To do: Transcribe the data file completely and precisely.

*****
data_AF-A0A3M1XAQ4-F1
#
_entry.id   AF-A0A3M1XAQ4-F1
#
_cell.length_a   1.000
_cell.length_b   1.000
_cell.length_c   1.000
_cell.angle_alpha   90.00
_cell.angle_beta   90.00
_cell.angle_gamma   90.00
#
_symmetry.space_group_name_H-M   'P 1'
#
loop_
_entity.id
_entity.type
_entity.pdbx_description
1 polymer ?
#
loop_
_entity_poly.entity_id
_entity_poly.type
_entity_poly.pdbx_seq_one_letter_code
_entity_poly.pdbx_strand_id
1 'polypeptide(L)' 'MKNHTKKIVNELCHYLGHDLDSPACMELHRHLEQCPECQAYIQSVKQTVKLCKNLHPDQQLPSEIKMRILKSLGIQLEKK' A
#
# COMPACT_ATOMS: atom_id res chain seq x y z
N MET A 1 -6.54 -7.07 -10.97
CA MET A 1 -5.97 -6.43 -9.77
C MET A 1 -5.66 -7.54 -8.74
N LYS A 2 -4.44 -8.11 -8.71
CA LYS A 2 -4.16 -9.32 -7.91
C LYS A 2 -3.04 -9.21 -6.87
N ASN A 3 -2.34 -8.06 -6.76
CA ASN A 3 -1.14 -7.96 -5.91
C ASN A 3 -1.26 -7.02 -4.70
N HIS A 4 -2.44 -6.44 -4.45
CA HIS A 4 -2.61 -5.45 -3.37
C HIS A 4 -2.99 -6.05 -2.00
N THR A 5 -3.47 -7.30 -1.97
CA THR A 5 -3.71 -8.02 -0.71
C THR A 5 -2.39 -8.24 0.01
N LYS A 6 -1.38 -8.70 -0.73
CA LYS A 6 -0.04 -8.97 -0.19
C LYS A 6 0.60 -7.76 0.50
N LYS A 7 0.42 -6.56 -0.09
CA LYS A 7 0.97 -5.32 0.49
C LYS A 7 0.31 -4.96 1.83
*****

data_AF-A0A3M1XAQ4-F1
#
_entry.id   AF-A0A3M1XAQ4-F1
#
_cell.length_a   1.000
_cell.length_b   1.000
_cell.length_c   1.000
_cell.angle_alpha   90.00
_cell.angle_beta   90.00
_cell.angle_gamma   90.00
#
_symmetry.space_group_name_H-M   'P 1'
#
loop_
_entity.id
_entity.type
_entity.pdbx_description
1 polymer ?
#
loop_
_entity_poly.entity_id
_entity_poly.type
_entity_poly.pdbx_seq_one_letter_code
_entity_poly.pdbx_strand_id
1 'polypeptide(L)' 'MKNHTKKIVNELCHYLGHDLDSPACMELHRHLEQCPECQAYIQSVKQTVKLCKNLHPDQQLPSEIKMRILKSLGIQLEKK' A
#
# COMPACT_ATOMS: atom_id res chain seq x y z
N MET A 1 -6.54 -7.07 -10.97
CA MET A 1 -5.97 -6.43 -9.77
C MET A 1 -5.66 -7.54 -8.74
N LYS A 2 -4.44 -8.11 -8.71
CA LYS A 2 -4.16 -9.32 -7.91
C LYS A 2 -3.04 -9.21 -6.87
N ASN A 3 -2.34 -8.06 -6.76
CA ASN A 3 -1.14 -7.96 -5.91
C ASN A 3 -1.26 -7.02 -4.70
N HIS A 4 -2.44 -6.44 -4.45
CA HIS A 4 -2.61 -5.45 -3.37
C HIS A 4 -2.99 -6.05 -2.00
N THR A 5 -3.47 -7.30 -1.97
CA THR A 5 -3.71 -8.02 -0.71
C THR A 5 -2.39 -8.24 0.01
N LYS A 6 -1.38 -8.70 -0.73
CA LYS A 6 -0.04 -8.97 -0.19
C LYS A 6 0.60 -7.76 0.50
N LYS A 7 0.42 -6.56 -0.09
CA LYS A 7 0.97 -5.32 0.49
C LYS A 7 0.31 -4.96 1.83